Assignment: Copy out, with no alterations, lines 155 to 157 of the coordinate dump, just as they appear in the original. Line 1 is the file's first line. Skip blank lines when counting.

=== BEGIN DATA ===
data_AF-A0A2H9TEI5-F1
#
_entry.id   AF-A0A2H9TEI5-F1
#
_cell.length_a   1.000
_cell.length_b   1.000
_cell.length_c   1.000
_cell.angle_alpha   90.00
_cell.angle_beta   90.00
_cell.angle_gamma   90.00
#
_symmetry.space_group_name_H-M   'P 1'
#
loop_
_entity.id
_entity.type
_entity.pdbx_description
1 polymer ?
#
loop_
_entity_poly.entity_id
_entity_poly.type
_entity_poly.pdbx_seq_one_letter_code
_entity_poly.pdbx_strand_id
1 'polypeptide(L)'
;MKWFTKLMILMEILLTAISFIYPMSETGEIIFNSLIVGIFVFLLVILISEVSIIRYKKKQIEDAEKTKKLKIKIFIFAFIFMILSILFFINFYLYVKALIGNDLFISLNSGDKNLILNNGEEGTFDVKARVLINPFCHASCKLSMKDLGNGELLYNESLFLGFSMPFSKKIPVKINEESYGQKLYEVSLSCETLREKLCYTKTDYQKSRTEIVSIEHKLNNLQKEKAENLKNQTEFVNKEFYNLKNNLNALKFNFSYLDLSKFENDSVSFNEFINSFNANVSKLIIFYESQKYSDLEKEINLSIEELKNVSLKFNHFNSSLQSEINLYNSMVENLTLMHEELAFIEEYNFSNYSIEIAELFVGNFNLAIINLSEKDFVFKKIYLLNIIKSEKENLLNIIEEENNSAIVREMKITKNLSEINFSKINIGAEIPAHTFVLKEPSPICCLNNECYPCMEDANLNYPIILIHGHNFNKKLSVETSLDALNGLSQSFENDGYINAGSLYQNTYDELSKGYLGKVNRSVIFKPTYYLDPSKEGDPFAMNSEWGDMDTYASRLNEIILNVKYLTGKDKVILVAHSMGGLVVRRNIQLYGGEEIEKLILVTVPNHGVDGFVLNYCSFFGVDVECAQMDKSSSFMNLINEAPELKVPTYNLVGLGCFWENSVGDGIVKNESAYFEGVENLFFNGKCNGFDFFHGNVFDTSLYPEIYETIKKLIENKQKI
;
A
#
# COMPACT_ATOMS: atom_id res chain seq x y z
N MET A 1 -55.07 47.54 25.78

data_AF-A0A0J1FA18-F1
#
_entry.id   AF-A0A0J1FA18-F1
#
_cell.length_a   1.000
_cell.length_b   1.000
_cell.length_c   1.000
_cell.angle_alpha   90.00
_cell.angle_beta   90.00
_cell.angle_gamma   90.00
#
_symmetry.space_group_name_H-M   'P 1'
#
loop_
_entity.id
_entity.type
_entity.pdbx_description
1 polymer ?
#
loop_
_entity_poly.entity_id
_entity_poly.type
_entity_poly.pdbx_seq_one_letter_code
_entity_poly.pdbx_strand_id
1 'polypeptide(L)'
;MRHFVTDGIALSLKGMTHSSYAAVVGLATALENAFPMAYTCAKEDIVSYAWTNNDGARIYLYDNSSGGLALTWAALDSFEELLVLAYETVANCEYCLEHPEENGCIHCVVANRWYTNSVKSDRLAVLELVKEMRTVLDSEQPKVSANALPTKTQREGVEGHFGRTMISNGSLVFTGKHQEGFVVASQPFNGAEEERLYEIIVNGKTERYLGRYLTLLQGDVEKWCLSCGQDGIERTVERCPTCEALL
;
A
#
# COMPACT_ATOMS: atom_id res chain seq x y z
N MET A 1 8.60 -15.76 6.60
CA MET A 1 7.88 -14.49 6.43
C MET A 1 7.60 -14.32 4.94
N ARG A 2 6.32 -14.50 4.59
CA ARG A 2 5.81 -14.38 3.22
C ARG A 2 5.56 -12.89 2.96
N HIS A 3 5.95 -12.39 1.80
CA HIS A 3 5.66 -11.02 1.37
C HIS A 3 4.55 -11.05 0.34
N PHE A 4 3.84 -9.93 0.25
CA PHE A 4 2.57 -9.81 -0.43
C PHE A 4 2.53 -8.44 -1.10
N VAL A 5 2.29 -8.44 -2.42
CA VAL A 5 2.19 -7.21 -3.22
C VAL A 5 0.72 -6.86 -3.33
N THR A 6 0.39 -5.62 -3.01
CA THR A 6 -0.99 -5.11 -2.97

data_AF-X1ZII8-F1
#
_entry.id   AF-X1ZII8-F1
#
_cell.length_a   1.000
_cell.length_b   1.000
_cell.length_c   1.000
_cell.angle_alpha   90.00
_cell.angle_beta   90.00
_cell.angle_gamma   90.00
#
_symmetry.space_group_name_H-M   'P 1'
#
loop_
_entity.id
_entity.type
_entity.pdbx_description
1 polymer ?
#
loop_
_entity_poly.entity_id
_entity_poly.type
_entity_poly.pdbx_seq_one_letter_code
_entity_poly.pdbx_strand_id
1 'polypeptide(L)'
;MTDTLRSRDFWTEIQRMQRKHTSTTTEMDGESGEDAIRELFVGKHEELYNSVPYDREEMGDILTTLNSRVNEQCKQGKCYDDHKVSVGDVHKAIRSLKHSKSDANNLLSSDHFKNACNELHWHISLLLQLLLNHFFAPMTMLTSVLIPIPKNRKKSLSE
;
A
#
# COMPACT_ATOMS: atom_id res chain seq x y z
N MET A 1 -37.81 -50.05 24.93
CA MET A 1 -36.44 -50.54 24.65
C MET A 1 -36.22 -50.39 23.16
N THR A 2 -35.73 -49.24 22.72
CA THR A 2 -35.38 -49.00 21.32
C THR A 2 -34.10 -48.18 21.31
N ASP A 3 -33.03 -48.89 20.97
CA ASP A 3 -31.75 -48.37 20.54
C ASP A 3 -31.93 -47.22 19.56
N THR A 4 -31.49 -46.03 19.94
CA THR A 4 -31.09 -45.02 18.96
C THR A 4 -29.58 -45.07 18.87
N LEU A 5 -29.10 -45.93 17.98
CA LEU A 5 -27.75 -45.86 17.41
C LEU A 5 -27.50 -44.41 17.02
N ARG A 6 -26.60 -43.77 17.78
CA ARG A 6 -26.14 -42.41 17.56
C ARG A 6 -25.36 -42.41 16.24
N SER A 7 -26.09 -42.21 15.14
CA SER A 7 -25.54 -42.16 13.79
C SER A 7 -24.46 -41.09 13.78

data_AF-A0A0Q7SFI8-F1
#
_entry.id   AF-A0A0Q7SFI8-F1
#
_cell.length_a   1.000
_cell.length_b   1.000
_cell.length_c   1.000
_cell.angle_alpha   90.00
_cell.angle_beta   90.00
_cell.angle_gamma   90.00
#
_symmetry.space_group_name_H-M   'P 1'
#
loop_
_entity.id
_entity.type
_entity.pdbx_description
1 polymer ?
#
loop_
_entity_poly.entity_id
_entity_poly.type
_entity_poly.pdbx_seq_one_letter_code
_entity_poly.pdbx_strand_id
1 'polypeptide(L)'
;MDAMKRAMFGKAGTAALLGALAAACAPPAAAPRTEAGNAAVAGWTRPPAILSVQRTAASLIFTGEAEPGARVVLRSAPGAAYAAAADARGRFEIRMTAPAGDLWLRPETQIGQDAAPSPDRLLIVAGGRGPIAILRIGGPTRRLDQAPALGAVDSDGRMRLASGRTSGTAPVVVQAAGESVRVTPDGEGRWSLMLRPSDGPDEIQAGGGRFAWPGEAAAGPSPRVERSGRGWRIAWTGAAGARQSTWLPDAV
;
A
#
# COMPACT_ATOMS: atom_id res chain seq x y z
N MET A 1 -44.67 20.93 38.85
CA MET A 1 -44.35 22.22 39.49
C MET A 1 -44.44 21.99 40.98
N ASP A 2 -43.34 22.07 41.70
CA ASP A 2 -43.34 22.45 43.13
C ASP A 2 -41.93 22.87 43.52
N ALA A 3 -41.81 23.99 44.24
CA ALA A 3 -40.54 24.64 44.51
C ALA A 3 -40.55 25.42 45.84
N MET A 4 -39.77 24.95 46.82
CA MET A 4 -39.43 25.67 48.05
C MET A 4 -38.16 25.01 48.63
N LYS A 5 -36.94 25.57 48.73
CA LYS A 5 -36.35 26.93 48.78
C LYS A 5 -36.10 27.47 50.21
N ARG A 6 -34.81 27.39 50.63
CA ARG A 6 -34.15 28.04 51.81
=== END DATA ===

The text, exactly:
;MDAMKRAMFGKAGTAALLGALAAACAPPAAAPRTEAGNAAVAGWTRPPAILSVQRTAASLIFTGEAEPGARVVLRSAPGAAYAAAADARGRFEIRMTAPAGDLWLRPETQIGQDAAPSPDRLLIVAGGRGPIAILRIGGPTRRLDQAPALGAVDSDGRMRLASGRTSGTAPVVVQAAGESVRVTPDGEGRWSLMLRPSDGPDEIQAGGGRFAWPGEAAAGPSPRVERSGRGWRIAWTGAAGARQSTWLPDAV
;
A